CRT Roundup—bylaw and rule enforcement, res judicata
May 25, 2017
BY Kevin Zakreski
Bylaw and rule enforcement: compliance with statutory procedure
In SM v The Owners, Strata Plan ABC, 2017 CRTBC 23, a strata lot owner asked for a $150 fine to be waived. The fine was “imposed following a May 2016 vandalism incident involving a member of the applicant’s family.”
The owner didn’t dispute “the nature and scope of the vandalism the strata alleges occurred in either April 2015 or May 2016.” “The only issue,” before the tribunal, “is that in its June 19, 2016 council minutes and June 21, 2016 letter, the strata stated that it had imposed fines while at the same time inviting the owner to respond.” This issue raised whether the strata corporation had complied with the procedure for enforcing a bylaw or a rule set out in section 135 of the Strata Property Act. The tribunal found that, similar to a strata corporation in an earlier court case, the tribunal had initially fallen afoul of section 135 but had ultimately managed to correct its error:
In my view, the strata’s June 21, 2016 letter stating fines had already been levied did not comply with section 135 of the SPA as required. The strata should have provided the owner with the opportunity to be heard before imposing the fines for the May 2016 incident.
However, in Cheung v. The Owners, Strata Plan VR1902, 2004 BCSC 1750, the court held that section 135 of the SPA is a procedural section. I agree. In that case, like here, the strata imposed fines before an opportunity to be heard was given. The strata in the Cheung case then reversed the fines, held a hearing, and then imposed fines. The court held that while section 135 was not initially complied with, the irregularity was rectified prior to the imposition of the fines ultimately imposed.
I find that the scenario in Cheung is essentially what has occurred in this case. Here, the strata sent a letter detailing the complaint and stated it had levied the fines. While the fines were not expressly reversed, the strata did not demand payment initially and instead invited the owner to make contact if she had any concerns. She did, and the hearing was held. After the hearing, the strata then stated it would impose the fines and at that point demanded payment. Like in Cheung, I find here the irregularity in the section 135 process was corrected by the time the strata sent its August 15, 2016 letter.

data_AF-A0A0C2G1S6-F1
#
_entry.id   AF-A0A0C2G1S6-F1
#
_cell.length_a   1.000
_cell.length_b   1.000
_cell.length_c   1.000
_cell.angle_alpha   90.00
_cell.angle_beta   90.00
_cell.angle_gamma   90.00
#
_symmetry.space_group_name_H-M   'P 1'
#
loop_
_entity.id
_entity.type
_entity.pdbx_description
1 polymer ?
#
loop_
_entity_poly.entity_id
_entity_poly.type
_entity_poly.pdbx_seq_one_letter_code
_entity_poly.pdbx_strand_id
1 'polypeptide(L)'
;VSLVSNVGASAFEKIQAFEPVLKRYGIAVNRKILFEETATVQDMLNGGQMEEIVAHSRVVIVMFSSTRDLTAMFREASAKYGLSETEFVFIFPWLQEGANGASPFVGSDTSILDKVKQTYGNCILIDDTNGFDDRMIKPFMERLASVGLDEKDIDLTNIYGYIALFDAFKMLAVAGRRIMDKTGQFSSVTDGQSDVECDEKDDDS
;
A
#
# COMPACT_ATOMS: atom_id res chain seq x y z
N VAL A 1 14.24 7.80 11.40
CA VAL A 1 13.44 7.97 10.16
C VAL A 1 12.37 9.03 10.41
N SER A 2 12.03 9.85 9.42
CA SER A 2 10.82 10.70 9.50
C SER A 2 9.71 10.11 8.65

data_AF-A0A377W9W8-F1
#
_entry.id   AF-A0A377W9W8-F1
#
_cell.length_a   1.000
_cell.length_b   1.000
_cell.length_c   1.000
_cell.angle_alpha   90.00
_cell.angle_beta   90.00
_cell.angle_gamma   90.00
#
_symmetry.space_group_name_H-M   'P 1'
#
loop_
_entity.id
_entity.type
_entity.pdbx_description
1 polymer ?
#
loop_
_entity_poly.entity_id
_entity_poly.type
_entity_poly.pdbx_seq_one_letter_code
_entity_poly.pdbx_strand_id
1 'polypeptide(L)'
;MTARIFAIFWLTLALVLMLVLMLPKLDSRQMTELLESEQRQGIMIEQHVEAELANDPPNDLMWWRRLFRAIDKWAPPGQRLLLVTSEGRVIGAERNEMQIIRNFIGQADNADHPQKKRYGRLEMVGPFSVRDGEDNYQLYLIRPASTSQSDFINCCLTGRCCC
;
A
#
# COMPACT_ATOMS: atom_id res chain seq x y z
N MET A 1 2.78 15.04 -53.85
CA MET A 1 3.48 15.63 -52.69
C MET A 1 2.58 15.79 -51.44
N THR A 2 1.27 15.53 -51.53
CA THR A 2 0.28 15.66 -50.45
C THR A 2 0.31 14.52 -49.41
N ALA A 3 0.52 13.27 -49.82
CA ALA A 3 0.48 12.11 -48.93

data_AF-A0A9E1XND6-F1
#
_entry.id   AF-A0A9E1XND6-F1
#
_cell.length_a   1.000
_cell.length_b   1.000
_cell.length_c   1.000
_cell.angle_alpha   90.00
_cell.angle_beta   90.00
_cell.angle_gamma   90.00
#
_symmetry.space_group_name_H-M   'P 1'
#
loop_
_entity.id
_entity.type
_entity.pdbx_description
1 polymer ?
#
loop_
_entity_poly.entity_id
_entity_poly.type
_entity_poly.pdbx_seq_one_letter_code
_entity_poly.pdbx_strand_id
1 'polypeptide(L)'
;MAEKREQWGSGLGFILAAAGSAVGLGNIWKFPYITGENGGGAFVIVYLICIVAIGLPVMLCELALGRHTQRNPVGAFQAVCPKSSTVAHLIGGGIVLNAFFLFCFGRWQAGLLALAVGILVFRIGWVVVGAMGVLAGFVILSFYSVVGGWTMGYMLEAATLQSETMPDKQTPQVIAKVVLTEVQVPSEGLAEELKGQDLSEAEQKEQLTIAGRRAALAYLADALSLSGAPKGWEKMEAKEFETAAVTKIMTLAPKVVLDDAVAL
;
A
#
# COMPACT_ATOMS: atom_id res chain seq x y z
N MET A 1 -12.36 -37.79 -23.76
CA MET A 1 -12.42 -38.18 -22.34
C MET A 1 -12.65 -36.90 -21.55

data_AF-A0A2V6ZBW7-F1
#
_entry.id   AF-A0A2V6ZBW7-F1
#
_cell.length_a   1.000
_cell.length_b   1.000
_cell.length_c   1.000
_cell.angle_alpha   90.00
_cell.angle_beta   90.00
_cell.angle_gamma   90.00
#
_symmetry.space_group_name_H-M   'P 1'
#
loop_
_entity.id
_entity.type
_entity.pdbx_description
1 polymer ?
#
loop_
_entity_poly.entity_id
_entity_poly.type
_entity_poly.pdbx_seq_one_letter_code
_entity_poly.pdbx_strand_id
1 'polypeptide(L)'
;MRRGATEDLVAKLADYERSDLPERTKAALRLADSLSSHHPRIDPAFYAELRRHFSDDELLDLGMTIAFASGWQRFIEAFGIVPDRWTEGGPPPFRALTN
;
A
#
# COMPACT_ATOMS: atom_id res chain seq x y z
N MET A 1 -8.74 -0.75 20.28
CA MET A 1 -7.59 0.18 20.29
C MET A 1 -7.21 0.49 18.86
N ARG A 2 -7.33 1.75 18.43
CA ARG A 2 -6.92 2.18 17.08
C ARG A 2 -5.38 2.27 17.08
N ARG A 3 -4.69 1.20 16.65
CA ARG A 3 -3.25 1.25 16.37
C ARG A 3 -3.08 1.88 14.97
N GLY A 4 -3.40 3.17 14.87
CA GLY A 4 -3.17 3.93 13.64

In the result, the applicant owner’s claims were dismissed.
Jurisdiction of the tribunal: res judicata
East Barriere Resort Ltd v The Owners, Strata Plan KAS1819, 2017 CRTBC 22, concerned “a jurisdiction issue that arose in the course of the facilitation process.” The underlying dispute involved the validity of some bylaw amendments adopted by the strata corporation. A group of owners had brought a petition against the strata corporation in the Supreme Court of British Columbia. That petition ultimately led to the court’s decision in East Barriere Resort Ltd v The Owners, Strata Plan KAS1819, 2016 BCSC 1609. (Update: After the tribunal released its decision, an appeal of this court decision was allowed by the court of appeal.)
The only issue in this tribunal decision was “whether the owners’ tribunal claim that the strata did not properly pass certain bylaws is res judicata because this issue or cause of action has already been determined in the court action.” As the tribunal noted, “[t]he day after the court order, the owners applied to the tribunal for dispute resolution, on the basis of claims which the strata says have already been decided in the court action.”
The positions of the parties fleshed out this jurisdictional dispute:
The strata argues that the owners are barred from bringing an application for dispute resolution to the tribunal, because the owner’s claim has already been dealt with through the court action. The strata requests that I dismiss the owners’ claim.
The owners argue that the basis for the invalidity of the 2002 bylaw amendments is different in the tribunal dispute than it was in the court action. The owners say the court was not asked to, and did not make, a declaration that the bylaws were valid. The owners say all the court considered and decided was whether the strata was required to conduct voting on the basis that some of the strata lots were residential and others were non-residential. They say that whether the strata lots are residential or nonresidential is res judicata. Whether the 2002 bylaw amendments are valid is not res judicata.
The tribunal began its analysis by setting out the leading BC cases and the tests for two types of res judicata: cause of action estoppel and issue estoppel. After applying both tests to the facts of this case, the tribunal found that that strata corporation had met the tests on both counts.
In the result, the tribunal “refuse[d] to resolve this dispute under section 11(1)(a) of the Act.”